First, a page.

Another trick is to use existing words as names. In Fortress of Grey Ice I introduce a character named Stillborn. It's a word we all know, has a small but emotionally-charged packet of information attached to it, and now that you've seen it in this context: doesn't it look like a name? Collect words. Animal names, bird names, fish names, emotions, nouns, legumes. In my Sword of Shadows series, I have a character who appears just once, in the prologue to Fortress. He has a small part but it's an important one and I needed to convey character without wasting words. A few weeks earlier I'd been watching the Tonight Show when Jay Leno introduced the professional boxer known as Butterbean. Butterbean looks just like his name: plump, hairless, pale. And he's a goodwilled softie too, which is also conveyed in his name, most specifically the "butter" part. My character however is not a goodwilled softie, though he is plump, hairless and pale. My character is mean and has a giant chip on his shoulder. My character's name is Bitterbean.

Modifying existing words is a an excellent strategy for SF and fantasy writers. It's a way to produce new words that have all the familiar markers of existing words. Start collecting words, jot them down and refer to them when you're naming characters. For as long as I can remember I've collected words. Way back in the eighties, I used to play a game on the Commodore 64 where the entire purpose--as I remember it--was to reach the obelisk. "That's a good word," my teenage self thought, filing it away for future use, even though Teenage Self never imagined she would become a writer. Over a decade later I used that word to name a character in my first book, The Baker's Boy. Obelisk became Tavalisk and a sneaky archbishop was born.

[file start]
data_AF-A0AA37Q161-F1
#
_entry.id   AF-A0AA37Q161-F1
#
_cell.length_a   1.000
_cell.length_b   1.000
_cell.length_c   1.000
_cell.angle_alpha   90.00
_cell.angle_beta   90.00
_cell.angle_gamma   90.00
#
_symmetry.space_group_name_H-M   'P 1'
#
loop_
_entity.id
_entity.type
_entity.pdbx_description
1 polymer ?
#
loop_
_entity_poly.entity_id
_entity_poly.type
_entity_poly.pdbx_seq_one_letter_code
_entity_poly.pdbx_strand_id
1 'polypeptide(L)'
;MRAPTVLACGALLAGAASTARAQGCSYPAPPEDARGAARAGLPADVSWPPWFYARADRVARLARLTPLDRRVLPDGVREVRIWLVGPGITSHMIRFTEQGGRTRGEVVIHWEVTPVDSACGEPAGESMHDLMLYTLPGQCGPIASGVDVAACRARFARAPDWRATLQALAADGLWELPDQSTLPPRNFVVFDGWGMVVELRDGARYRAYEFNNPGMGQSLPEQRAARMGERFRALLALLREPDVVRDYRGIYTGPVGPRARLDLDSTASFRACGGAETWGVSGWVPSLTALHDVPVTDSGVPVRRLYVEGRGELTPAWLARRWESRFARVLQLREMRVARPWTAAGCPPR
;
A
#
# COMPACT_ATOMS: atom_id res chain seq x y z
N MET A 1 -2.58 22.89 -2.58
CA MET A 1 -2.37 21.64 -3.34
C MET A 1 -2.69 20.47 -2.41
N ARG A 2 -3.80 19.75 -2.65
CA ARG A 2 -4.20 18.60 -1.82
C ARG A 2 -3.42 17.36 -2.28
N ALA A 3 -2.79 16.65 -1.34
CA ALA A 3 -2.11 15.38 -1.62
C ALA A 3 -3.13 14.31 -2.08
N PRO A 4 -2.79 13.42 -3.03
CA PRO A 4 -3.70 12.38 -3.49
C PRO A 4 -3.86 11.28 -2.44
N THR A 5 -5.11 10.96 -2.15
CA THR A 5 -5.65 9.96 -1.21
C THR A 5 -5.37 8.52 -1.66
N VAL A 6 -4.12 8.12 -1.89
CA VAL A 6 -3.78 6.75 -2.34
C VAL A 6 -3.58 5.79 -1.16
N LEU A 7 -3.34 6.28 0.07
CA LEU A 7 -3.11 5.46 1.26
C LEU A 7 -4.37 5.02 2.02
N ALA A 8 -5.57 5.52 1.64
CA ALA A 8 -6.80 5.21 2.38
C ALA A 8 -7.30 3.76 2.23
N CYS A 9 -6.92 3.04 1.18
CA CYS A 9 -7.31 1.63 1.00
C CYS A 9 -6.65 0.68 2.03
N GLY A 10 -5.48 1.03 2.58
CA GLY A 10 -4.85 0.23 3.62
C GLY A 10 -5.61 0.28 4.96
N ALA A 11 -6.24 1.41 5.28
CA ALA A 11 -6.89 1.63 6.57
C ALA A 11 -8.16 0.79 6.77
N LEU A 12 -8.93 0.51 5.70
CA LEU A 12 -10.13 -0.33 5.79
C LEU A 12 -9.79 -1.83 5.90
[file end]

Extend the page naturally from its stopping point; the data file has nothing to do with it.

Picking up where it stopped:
Once you get into the habit of looking at everyday words as names, you see potential everywhere. Modified or unmodified, they're familiar and bring information to readers. Perhaps Corn, plain and simple, wouldn't be such a bad name after all. And then there's Buckwheat and Hayseed, Chickenfeed and Chickpea. Oatmeal might become Goatmeal, and Fodder...well Fodder's just good to go.

If you choose carefully, you can still add the richness of languages other than English to your names. Obelisk is Greek in origin, but as it's in English use we know how to pronounce it. If I modified the Greek word for tower, Ypsonomai, to Kipsonomai, most of us would still be unsure how to pronounce the new word and we'd do a skipover. However, if we take the Arabic word Saffron, which is in everyday English use, and modify it to make Saffril, then we not only get a pretty girl's name with a golden preciousness to it, but we also get a name that reaches back to a different culture.

So get a notebook and start filling it with words you like. Keep your eyes and ears open. Watch the Tonight Show and the Discovery Channel. Read. Flip open a dictionary at random and make a name from the fifth word down. Get into the habit of looking at everyday words as potential names. Shorten, anglicize and simplify names from languages other than English. Use non-English words in common use as a starting point for unusual and culturally-rich names. Avoid apostrophes. Utilize the meaning of common words to describe character: Pip, Sparrow, Stillborn, Bear, Corn. Most of all make sure you choose words that are pronounceable. [missing data] does not make for a good name.